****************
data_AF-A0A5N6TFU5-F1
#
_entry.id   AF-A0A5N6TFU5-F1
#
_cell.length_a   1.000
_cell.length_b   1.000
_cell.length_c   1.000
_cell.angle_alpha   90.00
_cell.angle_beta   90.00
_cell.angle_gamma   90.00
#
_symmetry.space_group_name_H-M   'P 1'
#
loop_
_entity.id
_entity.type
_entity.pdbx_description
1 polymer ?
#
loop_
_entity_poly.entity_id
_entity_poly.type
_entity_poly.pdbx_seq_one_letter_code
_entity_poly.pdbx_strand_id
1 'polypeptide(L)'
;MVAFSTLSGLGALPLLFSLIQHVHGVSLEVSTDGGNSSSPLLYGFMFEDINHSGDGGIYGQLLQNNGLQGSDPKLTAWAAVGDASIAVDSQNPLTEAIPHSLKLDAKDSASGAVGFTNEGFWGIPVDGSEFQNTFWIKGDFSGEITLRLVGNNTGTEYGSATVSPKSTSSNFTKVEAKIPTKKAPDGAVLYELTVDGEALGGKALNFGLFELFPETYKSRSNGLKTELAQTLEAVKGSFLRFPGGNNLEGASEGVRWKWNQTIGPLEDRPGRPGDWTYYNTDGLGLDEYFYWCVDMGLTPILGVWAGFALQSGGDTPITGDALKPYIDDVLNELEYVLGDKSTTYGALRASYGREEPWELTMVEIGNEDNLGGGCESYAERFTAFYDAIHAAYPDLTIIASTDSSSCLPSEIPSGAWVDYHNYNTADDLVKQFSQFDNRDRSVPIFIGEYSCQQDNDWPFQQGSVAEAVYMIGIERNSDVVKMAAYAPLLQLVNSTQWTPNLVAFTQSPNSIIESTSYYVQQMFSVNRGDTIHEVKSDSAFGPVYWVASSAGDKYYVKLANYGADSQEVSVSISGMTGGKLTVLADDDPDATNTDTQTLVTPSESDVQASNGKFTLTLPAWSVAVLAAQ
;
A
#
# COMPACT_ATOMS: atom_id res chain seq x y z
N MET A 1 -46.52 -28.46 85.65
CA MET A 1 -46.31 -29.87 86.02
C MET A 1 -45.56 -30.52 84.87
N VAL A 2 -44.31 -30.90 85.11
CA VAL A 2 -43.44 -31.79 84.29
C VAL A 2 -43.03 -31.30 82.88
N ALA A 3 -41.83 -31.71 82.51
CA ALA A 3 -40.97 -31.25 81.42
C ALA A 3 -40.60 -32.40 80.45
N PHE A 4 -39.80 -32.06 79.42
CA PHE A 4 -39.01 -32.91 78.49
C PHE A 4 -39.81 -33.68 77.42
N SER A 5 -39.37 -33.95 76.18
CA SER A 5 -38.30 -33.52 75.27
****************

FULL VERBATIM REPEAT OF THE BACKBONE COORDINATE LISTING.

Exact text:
data_AF-A0A5N6TFU5-F1
#
_entry.id   AF-A0A5N6TFU5-F1
#
_cell.length_a   1.000
_cell.length_b   1.000
_cell.length_c   1.000
_cell.angle_alpha   90.00
_cell.angle_beta   90.00
_cell.angle_gamma   90.00
#
_symmetry.space_group_name_H-M   'P 1'
#
loop_
_entity.id
_entity.type
_entity.pdbx_description
1 polymer ?
#
loop_
_entity_poly.entity_id
_entity_poly.type
_entity_poly.pdbx_seq_one_letter_code
_entity_poly.pdbx_strand_id
1 'polypeptide(L)'
;MVAFSTLSGLGALPLLFSLIQHVHGVSLEVSTDGGNSSSPLLYGFMFEDINHSGDGGIYGQLLQNNGLQGSDPKLTAWAAVGDASIAVDSQNPLTEAIPHSLKLDAKDSASGAVGFTNEGFWGIPVDGSEFQNTFWIKGDFSGEITLRLVGNNTGTEYGSATVSPKSTSSNFTKVEAKIPTKKAPDGAVLYELTVDGEALGGKALNFGLFELFPETYKSRSNGLKTELAQTLEAVKGSFLRFPGGNNLEGASEGVRWKWNQTIGPLEDRPGRPGDWTYYNTDGLGLDEYFYWCVDMGLTPILGVWAGFALQSGGDTPITGDALKPYIDDVLNELEYVLGDKSTTYGALRASYGREEPWELTMVEIGNEDNLGGGCESYAERFTAFYDAIHAAYPDLTIIASTDSSSCLPSEIPSGAWVDYHNYNTADDLVKQFSQFDNRDRSVPIFIGEYSCQQDNDWPFQQGSVAEAVYMIGIERNSDVVKMAAYAPLLQLVNSTQWTPNLVAFTQSPNSIIESTSYYVQQMFSVNRGDTIHEVKSDSAFGPVYWVASSAGDKYYVKLANYGADSQEVSVSISGMTGGKLTVLADDDPDATNTDTQTLVTPSESDVQASNGKFTLTLPAWSVAVLAAQ
;
A
#
# COMPACT_ATOMS: atom_id res chain seq x y z
N MET A 1 -46.52 -28.46 85.65
CA MET A 1 -46.31 -29.87 86.02
C MET A 1 -45.56 -30.52 84.87
N VAL A 2 -44.31 -30.90 85.11
CA VAL A 2 -43.44 -31.79 84.29
C VAL A 2 -43.03 -31.30 82.88
N ALA A 3 -41.83 -31.71 82.51
CA ALA A 3 -40.97 -31.25 81.42
C ALA A 3 -40.60 -32.40 80.45
N PHE A 4 -39.80 -32.06 79.42
CA PHE A 4 -39.01 -32.91 78.49
C PHE A 4 -39.81 -33.68 77.42
N SER A 5 -39.37 -33.95 76.18
CA SER A 5 -38.30 -33.52 75.27